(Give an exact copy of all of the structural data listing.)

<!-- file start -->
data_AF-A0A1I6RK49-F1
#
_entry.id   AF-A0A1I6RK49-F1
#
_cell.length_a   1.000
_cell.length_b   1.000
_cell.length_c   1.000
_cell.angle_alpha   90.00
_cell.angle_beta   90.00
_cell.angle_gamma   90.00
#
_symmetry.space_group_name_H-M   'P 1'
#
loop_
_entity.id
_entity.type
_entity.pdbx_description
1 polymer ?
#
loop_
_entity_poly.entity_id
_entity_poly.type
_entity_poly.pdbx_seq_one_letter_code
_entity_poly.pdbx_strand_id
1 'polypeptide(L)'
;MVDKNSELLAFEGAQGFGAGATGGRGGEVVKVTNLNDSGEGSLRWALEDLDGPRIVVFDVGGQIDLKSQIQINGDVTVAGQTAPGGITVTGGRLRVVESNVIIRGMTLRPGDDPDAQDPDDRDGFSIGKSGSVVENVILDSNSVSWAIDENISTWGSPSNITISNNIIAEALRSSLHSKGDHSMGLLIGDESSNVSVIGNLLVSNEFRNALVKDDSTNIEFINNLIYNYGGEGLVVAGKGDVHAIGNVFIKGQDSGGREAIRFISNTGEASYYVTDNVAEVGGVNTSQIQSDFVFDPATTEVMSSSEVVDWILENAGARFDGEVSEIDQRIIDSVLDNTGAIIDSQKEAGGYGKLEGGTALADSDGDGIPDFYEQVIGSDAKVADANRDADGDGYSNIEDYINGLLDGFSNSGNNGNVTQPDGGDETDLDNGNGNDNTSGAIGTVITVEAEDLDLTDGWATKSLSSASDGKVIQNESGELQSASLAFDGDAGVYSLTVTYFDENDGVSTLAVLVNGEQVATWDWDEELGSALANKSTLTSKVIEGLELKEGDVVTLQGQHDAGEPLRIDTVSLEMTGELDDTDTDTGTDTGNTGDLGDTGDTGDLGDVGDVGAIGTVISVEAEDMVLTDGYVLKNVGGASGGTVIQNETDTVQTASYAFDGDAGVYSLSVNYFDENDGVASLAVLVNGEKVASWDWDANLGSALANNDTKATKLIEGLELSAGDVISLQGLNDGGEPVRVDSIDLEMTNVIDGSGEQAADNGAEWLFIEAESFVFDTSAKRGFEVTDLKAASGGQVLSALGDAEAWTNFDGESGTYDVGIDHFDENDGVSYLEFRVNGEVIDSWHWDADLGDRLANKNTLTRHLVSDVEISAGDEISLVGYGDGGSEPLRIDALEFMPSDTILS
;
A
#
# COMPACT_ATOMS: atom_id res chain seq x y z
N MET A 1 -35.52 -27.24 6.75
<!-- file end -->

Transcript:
data_AF-A0A1I6RK49-F1
#
_entry.id   AF-A0A1I6RK49-F1
#
_cell.length_a   1.000
_cell.length_b   1.000
_cell.length_c   1.000
_cell.angle_alpha   90.00
_cell.angle_beta   90.00
_cell.angle_gamma   90.00
#
_symmetry.space_group_name_H-M   'P 1'
#
loop_
_entity.id
_entity.type
_entity.pdbx_description
1 polymer ?
#
loop_
_entity_poly.entity_id
_entity_poly.type
_entity_poly.pdbx_seq_one_letter_code
_entity_poly.pdbx_strand_id
1 'polypeptide(L)'
;MVDKNSELLAFEGAQGFGAGATGGRGGEVVKVTNLNDSGEGSLRWALEDLDGPRIVVFDVGGQIDLKSQIQINGDVTVAGQTAPGGITVTGGRLRVVESNVIIRGMTLRPGDDPDAQDPDDRDGFSIGKSGSVVENVILDSNSVSWAIDENISTWGSPSNITISNNIIAEALRSSLHSKGDHSMGLLIGDESSNVSVIGNLLVSNEFRNALVKDDSTNIEFINNLIYNYGGEGLVVAGKGDVHAIGNVFIKGQDSGGREAIRFISNTGEASYYVTDNVAEVGGVNTSQIQSDFVFDPATTEVMSSSEVVDWILENAGARFDGEVSEIDQRIIDSVLDNTGAIIDSQKEAGGYGKLEGGTALADSDGDGIPDFYEQVIGSDAKVADANRDADGDGYSNIEDYINGLLDGFSNSGNNGNVTQPDGGDETDLDNGNGNDNTSGAIGTVITVEAEDLDLTDGWATKSLSSASDGKVIQNESGELQSASLAFDGDAGVYSLTVTYFDENDGVSTLAVLVNGEQVATWDWDEELGSALANKSTLTSKVIEGLELKEGDVVTLQGQHDAGEPLRIDTVSLEMTGELDDTDTDTGTDTGNTGDLGDTGDTGDLGDVGDVGAIGTVISVEAEDMVLTDGYVLKNVGGASGGTVIQNETDTVQTASYAFDGDAGVYSLSVNYFDENDGVASLAVLVNGEKVASWDWDANLGSALANNDTKATKLIEGLELSAGDVISLQGLNDGGEPVRVDSIDLEMTNVIDGSGEQAADNGAEWLFIEAESFVFDTSAKRGFEVTDLKAASGGQVLSALGDAEAWTNFDGESGTYDVGIDHFDENDGVSYLEFRVNGEVIDSWHWDADLGDRLANKNTLTRHLVSDVEISAGDEISLVGYGDGGSEPLRIDALEFMPSDTILS
;
A
#
# COMPACT_ATOMS: atom_id res chain seq x y z
N MET A 1 -35.52 -27.24 6.75